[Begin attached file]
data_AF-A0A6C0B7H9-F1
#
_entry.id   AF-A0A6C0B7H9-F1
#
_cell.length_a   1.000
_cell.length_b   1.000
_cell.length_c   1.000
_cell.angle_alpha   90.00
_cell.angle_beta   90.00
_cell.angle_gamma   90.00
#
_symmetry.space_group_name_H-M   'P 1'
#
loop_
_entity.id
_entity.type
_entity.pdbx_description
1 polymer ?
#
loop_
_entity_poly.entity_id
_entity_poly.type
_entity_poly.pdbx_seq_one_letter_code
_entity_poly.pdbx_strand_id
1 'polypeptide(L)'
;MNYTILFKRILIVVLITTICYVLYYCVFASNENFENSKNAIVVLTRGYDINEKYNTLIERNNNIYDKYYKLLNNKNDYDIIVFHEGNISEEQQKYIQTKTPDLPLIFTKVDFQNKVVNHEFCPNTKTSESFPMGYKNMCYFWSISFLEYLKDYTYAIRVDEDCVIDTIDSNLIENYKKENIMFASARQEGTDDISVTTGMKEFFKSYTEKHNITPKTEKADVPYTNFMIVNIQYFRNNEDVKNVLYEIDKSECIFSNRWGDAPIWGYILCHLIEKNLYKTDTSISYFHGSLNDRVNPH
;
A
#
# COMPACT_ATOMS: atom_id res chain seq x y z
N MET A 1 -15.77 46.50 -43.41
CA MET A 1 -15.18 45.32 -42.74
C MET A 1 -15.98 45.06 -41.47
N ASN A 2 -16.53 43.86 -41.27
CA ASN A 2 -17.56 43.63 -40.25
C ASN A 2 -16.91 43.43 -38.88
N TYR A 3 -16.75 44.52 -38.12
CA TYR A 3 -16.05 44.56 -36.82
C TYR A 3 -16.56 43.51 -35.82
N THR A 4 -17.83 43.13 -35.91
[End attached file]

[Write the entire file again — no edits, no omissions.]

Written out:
data_AF-A0A6C0B7H9-F1
#
_entry.id   AF-A0A6C0B7H9-F1
#
_cell.length_a   1.000
_cell.length_b   1.000
_cell.length_c   1.000
_cell.angle_alpha   90.00
_cell.angle_beta   90.00
_cell.angle_gamma   90.00
#
_symmetry.space_group_name_H-M   'P 1'
#
loop_
_entity.id
_entity.type
_entity.pdbx_description
1 polymer ?
#
loop_
_entity_poly.entity_id
_entity_poly.type
_entity_poly.pdbx_seq_one_letter_code
_entity_poly.pdbx_strand_id
1 'polypeptide(L)'
;MNYTILFKRILIVVLITTICYVLYYCVFASNENFENSKNAIVVLTRGYDINEKYNTLIERNNNIYDKYYKLLNNKNDYDIIVFHEGNISEEQQKYIQTKTPDLPLIFTKVDFQNKVVNHEFCPNTKTSESFPMGYKNMCYFWSISFLEYLKDYTYAIRVDEDCVIDTIDSNLIENYKKENIMFASARQEGTDDISVTTGMKEFFKSYTEKHNITPKTEKADVPYTNFMIVNIQYFRNNEDVKNVLYEIDKSECIFSNRWGDAPIWGYILCHLIEKNLYKTDTSISYFHGSLNDRVNPH
;
A
#
# COMPACT_ATOMS: atom_id res chain seq x y z
N MET A 1 -15.77 46.50 -43.41
CA MET A 1 -15.18 45.32 -42.74
C MET A 1 -15.98 45.06 -41.47
N ASN A 2 -16.53 43.86 -41.27
CA ASN A 2 -17.56 43.63 -40.25
C ASN A 2 -16.91 43.43 -38.88
N TYR A 3 -16.75 44.52 -38.12
CA TYR A 3 -16.05 44.56 -36.82
C TYR A 3 -16.56 43.51 -35.82
N THR A 4 -17.83 43.13 -35.91